Why Contemplation is Revolutionary (Conclusion)

This is the final part of a series on “Why Contemplation is Revolutionary.” If you want to start at the beginning, follow this link: The Archbishop and the Community Theologian.We've made our way through the quotations from Archbishop Rowan Williams and community theologian Kenneth Leech. We've looked at contemplation as a means for transformation. In the silence of "being still and knowing God," contemplation hones our awareness of the chaos within us (which fosters humility), but also of th … [Read more...]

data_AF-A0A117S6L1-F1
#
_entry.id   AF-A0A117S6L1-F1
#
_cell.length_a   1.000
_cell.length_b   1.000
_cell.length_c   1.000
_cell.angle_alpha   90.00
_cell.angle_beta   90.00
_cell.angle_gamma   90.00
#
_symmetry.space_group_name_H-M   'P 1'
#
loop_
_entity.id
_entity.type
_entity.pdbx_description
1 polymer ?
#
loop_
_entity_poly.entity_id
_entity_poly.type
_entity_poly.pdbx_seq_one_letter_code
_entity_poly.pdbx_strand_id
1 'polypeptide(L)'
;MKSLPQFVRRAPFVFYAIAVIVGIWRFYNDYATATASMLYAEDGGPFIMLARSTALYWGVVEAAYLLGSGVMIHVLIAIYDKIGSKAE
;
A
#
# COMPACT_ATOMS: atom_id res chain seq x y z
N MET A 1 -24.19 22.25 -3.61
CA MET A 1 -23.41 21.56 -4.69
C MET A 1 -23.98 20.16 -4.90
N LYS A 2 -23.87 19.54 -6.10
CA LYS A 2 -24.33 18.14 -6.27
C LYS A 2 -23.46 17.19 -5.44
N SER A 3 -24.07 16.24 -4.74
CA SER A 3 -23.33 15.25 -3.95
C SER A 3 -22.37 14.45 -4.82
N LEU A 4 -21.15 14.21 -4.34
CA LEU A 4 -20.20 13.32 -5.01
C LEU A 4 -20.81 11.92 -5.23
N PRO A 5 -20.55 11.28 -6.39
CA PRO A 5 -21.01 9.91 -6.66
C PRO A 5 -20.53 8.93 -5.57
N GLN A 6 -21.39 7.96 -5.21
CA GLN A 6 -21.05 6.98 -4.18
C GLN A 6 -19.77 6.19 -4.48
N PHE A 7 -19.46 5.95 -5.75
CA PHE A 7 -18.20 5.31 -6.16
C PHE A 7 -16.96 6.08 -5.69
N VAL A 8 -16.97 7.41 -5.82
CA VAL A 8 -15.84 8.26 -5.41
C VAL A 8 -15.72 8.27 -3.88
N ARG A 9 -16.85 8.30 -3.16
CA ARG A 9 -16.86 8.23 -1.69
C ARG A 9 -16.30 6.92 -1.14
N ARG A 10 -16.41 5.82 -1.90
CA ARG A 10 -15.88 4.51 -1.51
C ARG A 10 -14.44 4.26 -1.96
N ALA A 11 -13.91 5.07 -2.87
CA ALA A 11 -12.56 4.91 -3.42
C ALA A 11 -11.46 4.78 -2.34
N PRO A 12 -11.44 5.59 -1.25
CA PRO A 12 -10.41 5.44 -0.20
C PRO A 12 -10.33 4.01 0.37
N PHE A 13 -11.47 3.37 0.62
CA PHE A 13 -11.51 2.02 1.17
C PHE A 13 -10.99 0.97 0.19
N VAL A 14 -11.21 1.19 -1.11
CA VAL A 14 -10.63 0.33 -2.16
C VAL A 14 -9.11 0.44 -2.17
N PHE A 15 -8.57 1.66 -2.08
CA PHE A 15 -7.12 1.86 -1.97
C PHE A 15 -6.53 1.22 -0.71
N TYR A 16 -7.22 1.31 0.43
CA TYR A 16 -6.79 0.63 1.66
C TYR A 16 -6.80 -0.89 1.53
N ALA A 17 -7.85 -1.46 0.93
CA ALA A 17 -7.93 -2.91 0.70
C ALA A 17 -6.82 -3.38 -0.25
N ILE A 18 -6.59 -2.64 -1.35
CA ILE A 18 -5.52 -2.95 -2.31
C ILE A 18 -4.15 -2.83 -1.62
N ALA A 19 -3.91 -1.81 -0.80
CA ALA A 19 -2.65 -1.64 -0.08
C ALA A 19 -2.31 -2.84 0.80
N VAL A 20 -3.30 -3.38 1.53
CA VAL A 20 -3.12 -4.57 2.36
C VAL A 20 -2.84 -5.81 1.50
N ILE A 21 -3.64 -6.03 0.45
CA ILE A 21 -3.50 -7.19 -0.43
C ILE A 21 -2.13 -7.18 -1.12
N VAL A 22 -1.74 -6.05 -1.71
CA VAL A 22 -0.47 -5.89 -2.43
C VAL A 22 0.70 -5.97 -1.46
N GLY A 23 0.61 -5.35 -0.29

Why Contemplation is Revolutionary (Part One)

In yesterday's post (The Archbishop and the Community Theologian) I quoted two renowned living contemplatives — emeritus Archbishop of Canterbury Rowan Williams and author/community theologian Kenneth Leech — both speaking of the communal and social implications of contemplative prayer.Naysayers, stand aside. Contemplative prayer is not about navel-gazing or self-absorbed "spiritual experiences." Indeed, anyone who explores contemplation only out of a desire for mystical experience or per … [Read more...]


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